Pulau Ubin, Singapore

Pulau Ubin is an island in the strait between Singapore and Malaysia. It belongs to Singapore, and is the last part of Singapore that has a community living in the oldfashioned kampung style. It is still relatively untouched by modern development, but I am afraid this is changing soon, so hurry up and see it before it is too late. (This was written in 2004.) It is also a great place to ride a bikecycle, and the people here are very friendly.

This picture is taken shortly after takeoff from Singapore's Changi Airport. You see the island Pulau Ubin in the middle, Malaysia to the right (with the factory spewing out smoke) and Singapore to the left mostly hidden in clouds and smoke. Some of the "lakes" on the island are old quarrys now filled with water, used in earlier days to get building material for Singapore.

The best way to get to Pulau Ubin is by bumboat (year 2003, don't know how it is now). Two singapore dollars each way, and a boat leaves once it has 12 passengers. No time schedules. They leave from a small jetty at the end of Changi Beach. The crossing to Pulau Ubin is about 10 minutes. A new ferry terminal is under construction behind in 2003. I wonder how long bumboats will be allowed to operate here. The new ferry terminal did not seem suitable for bumboats to me.

A bumboat crewmember getting ready. Bumboats is the only sensible way to get to Pulau Ubin, and is the first signal to you that the lifstyle and atmosphere on Pulau Ubin is very different from the rest of Singapore. Riding on one of these is a very different experience than on one of the touristy and overpriced bumboats operating from downtown Singapore.

Pulau Ubin village is where the bumboats arrive, and here you find some small restaurants and bike rental shops. During my fisrt visits to the island, the bikes where old and run-down, and you had to check carefully that it was useable. Later, at least one shop has completely renewed their bikes, and you can now get a descent one easily.

There are more trails and roads on Pulau Ubin than you can explore on bike in one day. They vary from small paved roads to typical trails suitable for offroad bikes. The one in the picture above is sonewhere in between. I enjoyed coming back to the island to discover new places. There are some places where you can buy drinks around the island in addition to the restaurants in the village.

This is my bike, a foldable one from Bike Friday, a small bike factory in Oregon USA. Folding and unfolding it in the village received a lot of interested attention from the locals the first couple of times I did it. It rides quite well, even in rough terrain, almost like a regular good mountain bike. It certainly beats other foldables I have tried. The foldable fits my travelling lifestyle, and the trunk of a small car. (In Singapore, they do have small cars, and so did I.)

Wild boars are common on Pulau Ubin, but they tend to stay away from people. This close-up was taken of a mean looking one held in captivity by one of the farmers on the island.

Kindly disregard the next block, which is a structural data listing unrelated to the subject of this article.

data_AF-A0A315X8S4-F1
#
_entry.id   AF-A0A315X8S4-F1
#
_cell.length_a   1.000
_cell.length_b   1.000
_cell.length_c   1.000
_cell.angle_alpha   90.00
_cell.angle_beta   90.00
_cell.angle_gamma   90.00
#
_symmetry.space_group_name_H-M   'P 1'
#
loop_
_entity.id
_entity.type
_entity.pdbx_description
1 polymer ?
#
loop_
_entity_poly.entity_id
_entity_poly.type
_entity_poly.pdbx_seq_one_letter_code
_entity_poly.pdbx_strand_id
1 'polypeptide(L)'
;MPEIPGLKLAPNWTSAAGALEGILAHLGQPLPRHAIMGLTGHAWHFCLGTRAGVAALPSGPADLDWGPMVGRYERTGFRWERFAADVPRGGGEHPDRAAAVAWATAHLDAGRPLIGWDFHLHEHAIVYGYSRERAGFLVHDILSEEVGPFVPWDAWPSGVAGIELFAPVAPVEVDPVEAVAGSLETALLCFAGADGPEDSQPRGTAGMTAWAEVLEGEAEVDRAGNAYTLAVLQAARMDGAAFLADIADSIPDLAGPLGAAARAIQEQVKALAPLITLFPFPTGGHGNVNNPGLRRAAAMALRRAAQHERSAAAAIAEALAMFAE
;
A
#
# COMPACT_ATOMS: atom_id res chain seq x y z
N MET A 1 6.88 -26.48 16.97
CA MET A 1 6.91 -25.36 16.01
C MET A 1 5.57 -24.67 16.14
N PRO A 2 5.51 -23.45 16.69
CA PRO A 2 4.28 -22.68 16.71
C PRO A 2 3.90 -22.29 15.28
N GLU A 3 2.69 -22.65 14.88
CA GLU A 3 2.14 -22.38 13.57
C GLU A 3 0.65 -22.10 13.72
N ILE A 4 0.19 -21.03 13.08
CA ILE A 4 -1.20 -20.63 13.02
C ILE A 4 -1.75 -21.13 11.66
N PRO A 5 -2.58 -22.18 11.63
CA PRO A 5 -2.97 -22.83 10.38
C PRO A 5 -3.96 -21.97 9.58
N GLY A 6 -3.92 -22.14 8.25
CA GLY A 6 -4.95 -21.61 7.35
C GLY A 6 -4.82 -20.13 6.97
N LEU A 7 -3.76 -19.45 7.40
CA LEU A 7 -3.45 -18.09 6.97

The same farmer also kept this peacock, and sometimes it was keen to display it's assets.

This house always fascinated me, and it's a pity to see it falling down. After seeing it for the first time, I enquired about it at the small National Park Services office on the island. I referred to it as the "English house" and they immediately understood what I meant. It was abandoned by it's owner during WW2, before the Japanese occupied Singapore. The owner never returned. The NPS office told me there was a plan to convert it into a museum. This is a great idea, and a good way of taking care of a piece of Pulau Ubin history.

The English house has a fireplace inside. Strange in an area where the temperature is usually around 30 deg C, and most people use air conditioning year round.

For the nature photographer, ther is a lot to do on Pulau Ubin.

Another subject for nature photographers and others are these fish that also climb trees. They are called mud-skippers, and are more usually found crawling around in the mud at low tide. Maybe trees are a good option at high tide when the mudbanks are flooded?

If low tide occurs at daylight, and is low enough, the National Park Service offers a guided tour of Chek Jawa, the wetlands and muddy areas normally covered by the sea. This reveals a lot of wildlife, some unique to this place only. To protect these, you are only allowed to go here with a guide who knows where to walk safely. The National Park Service office is in the village where the bumboats arrive, and you can check there.

During my last months in Singapore in 2003, the construction of this fence on the side of Pulay Ubin facing Malaysia was started. It was said to prevent illegal immigrants from Malaysia entering Singapore. It certainly prevents those living on this side of the island to get out with their boats, and is a blow to the tiny community there. It's also very ugly and destroys much of the atmosphere that used to be here before.

This munk at a small Buddhist temple on the island gave his consent to have this picture take with a smile after I pointed at the camera. The island also used to have a Mosque, but that has now been demolished. We just have to pray that this buddist temple will be allowed to remain.

This is one of the nicest homes I saw on Pulau Ubin. Very different from living in a 30 story HDB apartment block built by the authorities in Singapore.

Small Malay community on Pulau Ubin.

Some small restaurants and bars are found in the village where the bumboats arrive, but this on can be found in the middle of the island and makes a nice pitstop when riding your bicycle around Pulau Ubin. It won't receive Guide Michelin stars, but what it lacks in style, it has in friendliness and atmosphere.

(c) Thomas Høven 2004